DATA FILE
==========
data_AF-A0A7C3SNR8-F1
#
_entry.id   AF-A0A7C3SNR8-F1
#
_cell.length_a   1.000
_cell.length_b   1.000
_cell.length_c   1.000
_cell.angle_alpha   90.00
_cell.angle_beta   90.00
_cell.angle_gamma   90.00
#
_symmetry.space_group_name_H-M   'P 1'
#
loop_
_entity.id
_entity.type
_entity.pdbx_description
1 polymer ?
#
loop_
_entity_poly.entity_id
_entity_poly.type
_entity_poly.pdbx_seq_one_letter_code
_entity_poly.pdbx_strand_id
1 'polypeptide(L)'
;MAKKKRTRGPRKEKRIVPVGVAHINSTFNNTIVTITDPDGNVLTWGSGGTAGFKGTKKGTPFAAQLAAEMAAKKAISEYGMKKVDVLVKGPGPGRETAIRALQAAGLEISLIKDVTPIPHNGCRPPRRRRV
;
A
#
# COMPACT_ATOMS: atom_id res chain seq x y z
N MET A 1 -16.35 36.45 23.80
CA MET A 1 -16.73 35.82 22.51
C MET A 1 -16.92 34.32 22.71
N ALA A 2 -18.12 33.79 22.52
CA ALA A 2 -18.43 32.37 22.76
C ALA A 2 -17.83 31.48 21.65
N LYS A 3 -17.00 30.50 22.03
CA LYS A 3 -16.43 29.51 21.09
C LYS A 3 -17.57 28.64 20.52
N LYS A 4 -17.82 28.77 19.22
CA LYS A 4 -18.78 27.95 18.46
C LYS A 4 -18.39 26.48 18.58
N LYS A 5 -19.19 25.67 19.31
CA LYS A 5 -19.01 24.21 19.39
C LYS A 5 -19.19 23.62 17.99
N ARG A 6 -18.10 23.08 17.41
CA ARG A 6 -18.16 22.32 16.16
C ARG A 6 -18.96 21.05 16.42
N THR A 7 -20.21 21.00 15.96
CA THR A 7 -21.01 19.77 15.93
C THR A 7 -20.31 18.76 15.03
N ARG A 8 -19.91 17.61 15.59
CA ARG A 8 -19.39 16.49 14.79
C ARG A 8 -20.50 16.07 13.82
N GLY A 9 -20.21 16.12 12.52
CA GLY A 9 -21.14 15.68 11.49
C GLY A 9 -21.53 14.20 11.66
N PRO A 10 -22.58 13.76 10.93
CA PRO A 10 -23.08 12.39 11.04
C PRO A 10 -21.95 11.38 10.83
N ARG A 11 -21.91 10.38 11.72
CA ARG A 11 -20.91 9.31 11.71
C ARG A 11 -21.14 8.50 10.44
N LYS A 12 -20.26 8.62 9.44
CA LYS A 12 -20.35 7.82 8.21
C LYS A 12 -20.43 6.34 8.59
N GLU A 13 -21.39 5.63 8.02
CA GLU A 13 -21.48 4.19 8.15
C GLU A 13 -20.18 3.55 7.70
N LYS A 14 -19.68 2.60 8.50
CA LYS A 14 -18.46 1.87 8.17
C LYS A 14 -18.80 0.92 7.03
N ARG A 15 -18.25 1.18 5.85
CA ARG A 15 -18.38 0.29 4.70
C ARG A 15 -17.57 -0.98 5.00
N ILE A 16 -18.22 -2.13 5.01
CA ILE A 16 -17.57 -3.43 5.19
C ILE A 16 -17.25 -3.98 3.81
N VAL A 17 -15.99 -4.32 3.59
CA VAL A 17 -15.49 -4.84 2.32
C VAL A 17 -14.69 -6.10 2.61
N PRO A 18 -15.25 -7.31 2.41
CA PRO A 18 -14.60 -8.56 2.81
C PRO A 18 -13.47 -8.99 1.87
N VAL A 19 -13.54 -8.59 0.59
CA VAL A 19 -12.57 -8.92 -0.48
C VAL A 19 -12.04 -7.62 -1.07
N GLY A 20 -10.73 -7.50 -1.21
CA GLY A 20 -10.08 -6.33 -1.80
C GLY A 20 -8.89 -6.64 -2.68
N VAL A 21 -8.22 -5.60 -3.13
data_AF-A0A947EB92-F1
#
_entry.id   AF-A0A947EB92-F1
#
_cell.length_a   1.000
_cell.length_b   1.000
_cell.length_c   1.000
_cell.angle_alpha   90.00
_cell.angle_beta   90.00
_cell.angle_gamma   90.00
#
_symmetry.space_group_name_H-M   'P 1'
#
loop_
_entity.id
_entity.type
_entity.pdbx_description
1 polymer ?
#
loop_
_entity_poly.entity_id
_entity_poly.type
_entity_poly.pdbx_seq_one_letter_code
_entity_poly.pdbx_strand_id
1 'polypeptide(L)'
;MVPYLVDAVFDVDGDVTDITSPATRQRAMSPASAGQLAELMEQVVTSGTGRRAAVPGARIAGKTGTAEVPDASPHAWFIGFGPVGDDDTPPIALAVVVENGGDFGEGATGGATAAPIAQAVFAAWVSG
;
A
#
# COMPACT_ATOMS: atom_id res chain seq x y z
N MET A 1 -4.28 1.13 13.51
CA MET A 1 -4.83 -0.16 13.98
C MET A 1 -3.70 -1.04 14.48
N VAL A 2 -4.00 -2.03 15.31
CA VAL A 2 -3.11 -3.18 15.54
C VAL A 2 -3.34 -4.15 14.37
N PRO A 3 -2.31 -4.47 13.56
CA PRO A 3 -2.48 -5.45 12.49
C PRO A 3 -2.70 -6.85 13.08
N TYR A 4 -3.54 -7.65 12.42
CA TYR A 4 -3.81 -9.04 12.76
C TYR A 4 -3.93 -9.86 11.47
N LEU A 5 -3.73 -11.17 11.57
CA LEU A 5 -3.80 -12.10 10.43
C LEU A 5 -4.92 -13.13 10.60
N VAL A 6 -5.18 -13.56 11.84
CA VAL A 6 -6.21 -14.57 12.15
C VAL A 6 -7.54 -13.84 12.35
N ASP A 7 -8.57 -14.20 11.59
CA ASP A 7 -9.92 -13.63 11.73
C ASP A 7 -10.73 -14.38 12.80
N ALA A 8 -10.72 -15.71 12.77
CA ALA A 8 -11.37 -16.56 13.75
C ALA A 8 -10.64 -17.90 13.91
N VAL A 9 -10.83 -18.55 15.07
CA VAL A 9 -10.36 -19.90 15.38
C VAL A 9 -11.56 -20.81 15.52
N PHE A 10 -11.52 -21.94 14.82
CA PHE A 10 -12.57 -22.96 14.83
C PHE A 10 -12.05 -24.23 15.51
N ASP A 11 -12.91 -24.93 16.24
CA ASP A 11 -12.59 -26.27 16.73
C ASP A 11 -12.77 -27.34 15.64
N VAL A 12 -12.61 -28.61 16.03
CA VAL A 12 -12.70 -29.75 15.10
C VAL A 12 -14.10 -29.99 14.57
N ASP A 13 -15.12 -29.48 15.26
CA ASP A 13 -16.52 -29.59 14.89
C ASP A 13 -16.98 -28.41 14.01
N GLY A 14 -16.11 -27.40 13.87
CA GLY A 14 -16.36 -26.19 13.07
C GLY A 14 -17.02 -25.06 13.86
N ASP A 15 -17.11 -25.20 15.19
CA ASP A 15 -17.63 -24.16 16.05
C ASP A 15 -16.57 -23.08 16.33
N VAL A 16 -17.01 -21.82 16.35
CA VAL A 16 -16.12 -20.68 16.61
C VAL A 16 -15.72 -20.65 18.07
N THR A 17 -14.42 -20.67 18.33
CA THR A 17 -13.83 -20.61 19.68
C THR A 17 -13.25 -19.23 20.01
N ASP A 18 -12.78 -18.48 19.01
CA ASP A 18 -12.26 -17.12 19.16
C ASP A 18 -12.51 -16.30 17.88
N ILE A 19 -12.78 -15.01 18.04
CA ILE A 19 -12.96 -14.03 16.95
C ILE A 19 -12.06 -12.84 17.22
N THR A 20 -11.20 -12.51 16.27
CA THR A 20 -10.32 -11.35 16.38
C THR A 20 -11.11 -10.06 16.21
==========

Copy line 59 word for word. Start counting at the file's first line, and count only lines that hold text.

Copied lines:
CA PRO A 10 -23.08 12.39 11.04